Kaiser Family Foundation Releases Policy Ideas to Strengthen Medicare
Yesterday, the Kaiser Family Foundation (KFF) released its compendium of policy ideas, which have the potential to produce savings in the Medicare program. According to KFF, the report, “Policy Options to Sustain Medicare for the Future,” is not a set of endorsements or recommendations of any specific policies. Instead, the report gives a wide range of policy options with potential savings estimates. The report includes options in the following areas:
- Medicare eligibility, beneficiary costs, and program financing;
- Medicare payments to providers and plans;
- Delivery system reform and care for high-need beneficiaries;
- Medicare program structure; and
- Medicare program administration, including program integrity.
As policymakers continue to negotiate various methods of reducing federal spending, Medicare sits squarely in the midst of the debate. Medicare spending is projected to continue to increase more slowly than the GDP over the next ten years. The Affordable Care Act (ACA) controls the growth rate of Medicare Advantage (MA) plan and hospital payments, promotes high value health care (i.e. better quality care at a lower price), and reduces waste, fraud and abuse in the Medicare program. However, the retirement of the Baby Boom generation and rising health care costs pose fiscal challenges for the nation. According to the KFF report, the number of people eligible for Medicare is projected to rise from 50 million today to nearly 90 million by 2040.
As more people become eligible for the program, it is imperative that policymakers concentrate on responsible ways to lower rising health care costs, while maintaining Medicare’s integrity and protecting beneficiaries who are unable to pay more for their health care.
Read the KFF report.
New Commonwealth Report Recommends Ways to Control Health Care Costs and Achieve Higher Quality of Care
The Commonwealth Fund recently released a new report, “Confronting Costs: Stabilizing U.S. Health Spending While Moving Toward a High Performance Health Care System,” which summarizes causes of rising health care costs and proposes methods to control those costs while maintaining (and achieving) higher quality of care. According to the Commonwealth Fund, the methods described in the report could slow spending by $2 trillion over the next ten years by reforming provider payment delivery, incentivizing and educating consumers to consider higher-value choices, and reducing administrative costs, while targeting spending growth.
In the report, the Commonwealth Fund also proposes establishing a new “Medicare Essential” plan that provides more comprehensive benefits and better protection against catastrophic costs. This new plan would encourage Medicare beneficiaries to obtain care from high-performing care systems by including provider and enrollee incentives to improve care, achieve better health and lower costs. According to the report, beneficiaries would enroll in a modernized “Medicare Essential” benefit option with deductibles or copayments lowered or eliminated for those who register with a medical home or receive care from a care team. The premium for a “Medicare Essential” plan would generally be lower than the amount beneficiaries typically pay for current Medicare supplement (Medigap) insurance, in part, because of lower administrative costs.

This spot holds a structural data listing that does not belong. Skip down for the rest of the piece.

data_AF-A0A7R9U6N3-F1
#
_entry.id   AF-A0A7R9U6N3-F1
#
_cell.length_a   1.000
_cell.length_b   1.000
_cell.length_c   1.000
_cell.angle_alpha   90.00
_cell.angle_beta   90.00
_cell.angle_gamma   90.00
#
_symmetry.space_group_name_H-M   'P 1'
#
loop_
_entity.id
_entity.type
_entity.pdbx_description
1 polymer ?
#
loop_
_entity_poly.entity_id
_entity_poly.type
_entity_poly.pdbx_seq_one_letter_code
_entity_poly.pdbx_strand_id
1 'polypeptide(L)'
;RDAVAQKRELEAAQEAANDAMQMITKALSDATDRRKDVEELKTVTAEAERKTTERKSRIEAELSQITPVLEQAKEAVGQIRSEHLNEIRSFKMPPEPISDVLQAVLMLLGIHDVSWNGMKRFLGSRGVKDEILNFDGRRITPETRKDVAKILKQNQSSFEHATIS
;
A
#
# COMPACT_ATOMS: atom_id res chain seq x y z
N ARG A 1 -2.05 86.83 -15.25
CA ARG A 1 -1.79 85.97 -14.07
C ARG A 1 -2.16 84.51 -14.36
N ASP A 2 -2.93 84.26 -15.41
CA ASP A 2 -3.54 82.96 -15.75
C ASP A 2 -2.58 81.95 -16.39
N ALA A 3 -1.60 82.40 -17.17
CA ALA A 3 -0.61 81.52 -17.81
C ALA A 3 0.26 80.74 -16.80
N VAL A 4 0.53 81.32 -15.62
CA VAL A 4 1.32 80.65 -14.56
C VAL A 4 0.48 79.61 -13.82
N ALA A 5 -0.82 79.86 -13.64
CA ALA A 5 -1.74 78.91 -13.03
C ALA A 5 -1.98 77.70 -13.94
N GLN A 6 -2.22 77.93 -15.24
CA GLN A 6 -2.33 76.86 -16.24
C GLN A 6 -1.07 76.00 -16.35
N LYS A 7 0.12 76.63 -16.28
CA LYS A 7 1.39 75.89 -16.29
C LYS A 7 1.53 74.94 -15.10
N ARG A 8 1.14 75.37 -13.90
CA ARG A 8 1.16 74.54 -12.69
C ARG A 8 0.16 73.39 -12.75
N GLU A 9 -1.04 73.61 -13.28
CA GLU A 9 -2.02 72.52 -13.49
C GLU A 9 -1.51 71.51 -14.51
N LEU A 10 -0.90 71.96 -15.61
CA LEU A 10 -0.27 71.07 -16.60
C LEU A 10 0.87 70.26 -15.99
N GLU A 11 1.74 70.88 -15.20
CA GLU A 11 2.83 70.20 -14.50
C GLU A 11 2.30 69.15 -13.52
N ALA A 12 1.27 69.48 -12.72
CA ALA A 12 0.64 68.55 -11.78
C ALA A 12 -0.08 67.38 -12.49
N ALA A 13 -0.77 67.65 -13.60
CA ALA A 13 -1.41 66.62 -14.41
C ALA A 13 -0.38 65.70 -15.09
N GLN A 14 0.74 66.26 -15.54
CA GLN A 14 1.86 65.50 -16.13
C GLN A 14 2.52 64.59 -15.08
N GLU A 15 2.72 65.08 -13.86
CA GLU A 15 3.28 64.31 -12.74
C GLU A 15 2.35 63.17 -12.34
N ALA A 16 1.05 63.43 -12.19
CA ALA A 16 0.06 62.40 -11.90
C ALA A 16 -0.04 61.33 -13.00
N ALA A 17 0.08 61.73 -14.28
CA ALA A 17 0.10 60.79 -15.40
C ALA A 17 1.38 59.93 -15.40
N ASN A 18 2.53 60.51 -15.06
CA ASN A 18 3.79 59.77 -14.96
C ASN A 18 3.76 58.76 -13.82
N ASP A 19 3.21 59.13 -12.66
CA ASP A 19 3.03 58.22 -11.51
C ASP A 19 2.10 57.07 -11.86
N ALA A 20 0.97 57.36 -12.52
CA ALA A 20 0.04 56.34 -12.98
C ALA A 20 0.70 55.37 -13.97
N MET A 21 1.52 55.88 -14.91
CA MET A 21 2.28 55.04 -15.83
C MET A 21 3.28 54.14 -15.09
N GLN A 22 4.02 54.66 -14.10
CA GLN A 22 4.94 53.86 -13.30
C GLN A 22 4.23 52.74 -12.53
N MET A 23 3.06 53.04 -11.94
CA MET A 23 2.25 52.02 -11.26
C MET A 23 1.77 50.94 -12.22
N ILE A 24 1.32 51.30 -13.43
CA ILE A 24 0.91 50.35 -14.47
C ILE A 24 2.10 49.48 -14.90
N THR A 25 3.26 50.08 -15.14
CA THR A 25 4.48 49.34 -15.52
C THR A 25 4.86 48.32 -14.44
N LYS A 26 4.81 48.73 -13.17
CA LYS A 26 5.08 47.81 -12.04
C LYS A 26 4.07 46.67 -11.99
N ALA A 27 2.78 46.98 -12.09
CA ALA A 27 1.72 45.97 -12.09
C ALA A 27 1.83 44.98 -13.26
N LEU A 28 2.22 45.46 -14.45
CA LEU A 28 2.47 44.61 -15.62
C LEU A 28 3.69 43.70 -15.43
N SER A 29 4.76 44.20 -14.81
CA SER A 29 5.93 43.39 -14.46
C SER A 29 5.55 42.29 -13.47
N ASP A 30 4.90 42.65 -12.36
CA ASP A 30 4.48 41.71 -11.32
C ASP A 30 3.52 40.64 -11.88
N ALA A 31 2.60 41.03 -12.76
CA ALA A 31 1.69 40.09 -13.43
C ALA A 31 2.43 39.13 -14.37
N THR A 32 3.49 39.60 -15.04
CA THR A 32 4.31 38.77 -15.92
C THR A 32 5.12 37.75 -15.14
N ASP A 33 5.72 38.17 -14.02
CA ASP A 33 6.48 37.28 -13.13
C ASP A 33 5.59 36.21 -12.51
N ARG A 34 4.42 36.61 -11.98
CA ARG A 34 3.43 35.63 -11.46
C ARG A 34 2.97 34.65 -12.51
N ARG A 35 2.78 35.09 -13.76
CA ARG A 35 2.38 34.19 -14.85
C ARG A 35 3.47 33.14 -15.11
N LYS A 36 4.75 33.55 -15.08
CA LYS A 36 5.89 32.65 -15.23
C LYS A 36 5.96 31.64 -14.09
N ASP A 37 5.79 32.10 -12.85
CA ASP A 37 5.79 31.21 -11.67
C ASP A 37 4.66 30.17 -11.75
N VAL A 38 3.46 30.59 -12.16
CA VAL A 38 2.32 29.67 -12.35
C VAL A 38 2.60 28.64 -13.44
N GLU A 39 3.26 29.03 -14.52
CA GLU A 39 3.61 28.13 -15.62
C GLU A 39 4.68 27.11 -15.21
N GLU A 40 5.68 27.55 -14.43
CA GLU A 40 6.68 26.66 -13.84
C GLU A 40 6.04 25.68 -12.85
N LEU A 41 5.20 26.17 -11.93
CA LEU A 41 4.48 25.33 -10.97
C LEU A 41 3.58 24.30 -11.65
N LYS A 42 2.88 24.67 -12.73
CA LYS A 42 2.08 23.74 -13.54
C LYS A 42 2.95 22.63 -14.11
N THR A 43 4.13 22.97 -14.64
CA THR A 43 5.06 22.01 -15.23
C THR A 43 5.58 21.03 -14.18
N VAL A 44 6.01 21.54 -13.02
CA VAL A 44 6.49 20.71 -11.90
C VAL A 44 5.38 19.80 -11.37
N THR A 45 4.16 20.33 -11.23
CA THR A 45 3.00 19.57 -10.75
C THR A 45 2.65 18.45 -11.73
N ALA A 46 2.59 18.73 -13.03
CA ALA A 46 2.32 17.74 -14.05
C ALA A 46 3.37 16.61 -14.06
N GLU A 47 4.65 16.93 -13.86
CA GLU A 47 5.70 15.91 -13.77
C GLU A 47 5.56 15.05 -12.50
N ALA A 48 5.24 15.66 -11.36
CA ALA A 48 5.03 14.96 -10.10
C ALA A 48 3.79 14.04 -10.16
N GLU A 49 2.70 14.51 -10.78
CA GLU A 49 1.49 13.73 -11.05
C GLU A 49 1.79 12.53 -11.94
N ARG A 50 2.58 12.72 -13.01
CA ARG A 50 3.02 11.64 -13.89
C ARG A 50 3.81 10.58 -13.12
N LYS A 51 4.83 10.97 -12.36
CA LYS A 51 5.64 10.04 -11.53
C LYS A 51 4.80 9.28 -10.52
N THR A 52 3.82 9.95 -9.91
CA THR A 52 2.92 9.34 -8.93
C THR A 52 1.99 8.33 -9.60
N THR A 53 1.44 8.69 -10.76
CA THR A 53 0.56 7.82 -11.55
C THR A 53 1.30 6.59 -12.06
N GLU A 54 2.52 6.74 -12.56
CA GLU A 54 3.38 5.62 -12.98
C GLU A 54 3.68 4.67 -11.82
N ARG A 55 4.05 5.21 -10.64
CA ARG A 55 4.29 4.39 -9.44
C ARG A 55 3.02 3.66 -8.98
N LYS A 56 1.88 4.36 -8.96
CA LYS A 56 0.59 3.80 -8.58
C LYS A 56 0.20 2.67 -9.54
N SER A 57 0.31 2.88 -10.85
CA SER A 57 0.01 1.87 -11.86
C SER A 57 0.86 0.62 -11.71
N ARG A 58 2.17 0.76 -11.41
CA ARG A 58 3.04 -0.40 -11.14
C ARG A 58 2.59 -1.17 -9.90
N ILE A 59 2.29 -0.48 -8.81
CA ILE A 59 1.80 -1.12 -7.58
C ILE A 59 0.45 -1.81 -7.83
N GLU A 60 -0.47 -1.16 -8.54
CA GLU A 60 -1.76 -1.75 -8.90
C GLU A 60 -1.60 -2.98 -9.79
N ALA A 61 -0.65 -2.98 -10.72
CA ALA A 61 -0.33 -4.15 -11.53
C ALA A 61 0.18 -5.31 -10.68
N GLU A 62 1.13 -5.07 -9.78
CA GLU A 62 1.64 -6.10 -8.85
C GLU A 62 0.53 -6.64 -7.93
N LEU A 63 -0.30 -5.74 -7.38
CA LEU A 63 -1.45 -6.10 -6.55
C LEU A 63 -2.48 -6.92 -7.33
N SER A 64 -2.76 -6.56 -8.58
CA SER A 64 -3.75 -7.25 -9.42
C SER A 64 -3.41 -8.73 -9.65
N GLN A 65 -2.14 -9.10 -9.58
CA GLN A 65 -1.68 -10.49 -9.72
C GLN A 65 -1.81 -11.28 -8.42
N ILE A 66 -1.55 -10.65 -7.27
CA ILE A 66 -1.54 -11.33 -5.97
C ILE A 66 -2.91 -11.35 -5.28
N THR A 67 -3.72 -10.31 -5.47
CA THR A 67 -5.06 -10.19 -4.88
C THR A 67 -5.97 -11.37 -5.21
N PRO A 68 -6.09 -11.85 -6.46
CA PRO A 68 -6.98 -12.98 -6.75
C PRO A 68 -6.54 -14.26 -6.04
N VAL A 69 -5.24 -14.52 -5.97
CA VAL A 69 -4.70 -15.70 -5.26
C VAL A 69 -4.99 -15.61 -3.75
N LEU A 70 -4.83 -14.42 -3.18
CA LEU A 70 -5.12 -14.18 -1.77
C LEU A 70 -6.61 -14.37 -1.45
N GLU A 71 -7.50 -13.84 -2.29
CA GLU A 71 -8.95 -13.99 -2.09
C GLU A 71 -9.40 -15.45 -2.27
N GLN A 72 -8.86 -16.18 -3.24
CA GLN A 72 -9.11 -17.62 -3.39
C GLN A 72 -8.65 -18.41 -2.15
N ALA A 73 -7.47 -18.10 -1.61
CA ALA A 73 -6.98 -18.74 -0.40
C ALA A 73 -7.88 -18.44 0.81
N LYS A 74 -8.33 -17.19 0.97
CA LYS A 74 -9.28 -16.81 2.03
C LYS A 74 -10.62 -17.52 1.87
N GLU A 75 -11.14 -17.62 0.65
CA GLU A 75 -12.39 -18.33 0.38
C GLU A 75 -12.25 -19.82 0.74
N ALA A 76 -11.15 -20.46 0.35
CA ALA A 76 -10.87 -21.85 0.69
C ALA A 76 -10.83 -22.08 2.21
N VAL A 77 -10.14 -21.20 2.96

Read the Commonwealth report.
Medicare helps pay for inpatient mental health services in psychiatric hospitals (hospitals that only treat mental health patients) or general hospitals. Your doctor will determine which hospital setting you need.
If you receive care in a psychiatric hospital, Medicare helps pay for up to 190 days of inpatient care in your lifetime. After you have reached that limit, Medicare may help pay for mental health care at a general hospital.
Your out-of-pocket costs are the same in a psychiatric hospital as they are in any hospital.
If you enter a psychiatric hospital within 60 days of being an inpatient at a different hospital, you are in the same benefit period and do not have to pay the deductible again. A benefit period begins the day you start getting inpatient care and ends when you’ve been out of the hospital or skilled nursing facility for 60 days in a row.
Learn more about Medicare coverage of mental health services at www.medicareinteractive.org.
This week, Medicare Rights Center President Joe Baker expressed strong support for the Medicare Prescription Drug Price Negotiation Act (S. 117), legislation re-introduced by U.S. Senator Amy Klobuchar to help lower prescription drug prices for older adults and people with disabilities.
In his letter to Senator Klobuchar, Mr. Baker praises the bill as “important legislation that adds to the tools available to the federal government to control the cost of pharmaceutical drugs under Medicare Part D.” A key part of the bill leverages the federal government’s buying power by allowing the U.S. Secretary of Health and Human Services to negotiate Medicare drug prices with pharmaceutical manufacturers, which has the potential to contain drug prices in Medicare Part D.
Read Mr. Baker’s letter.
Read Senator Klobuchar’s press release.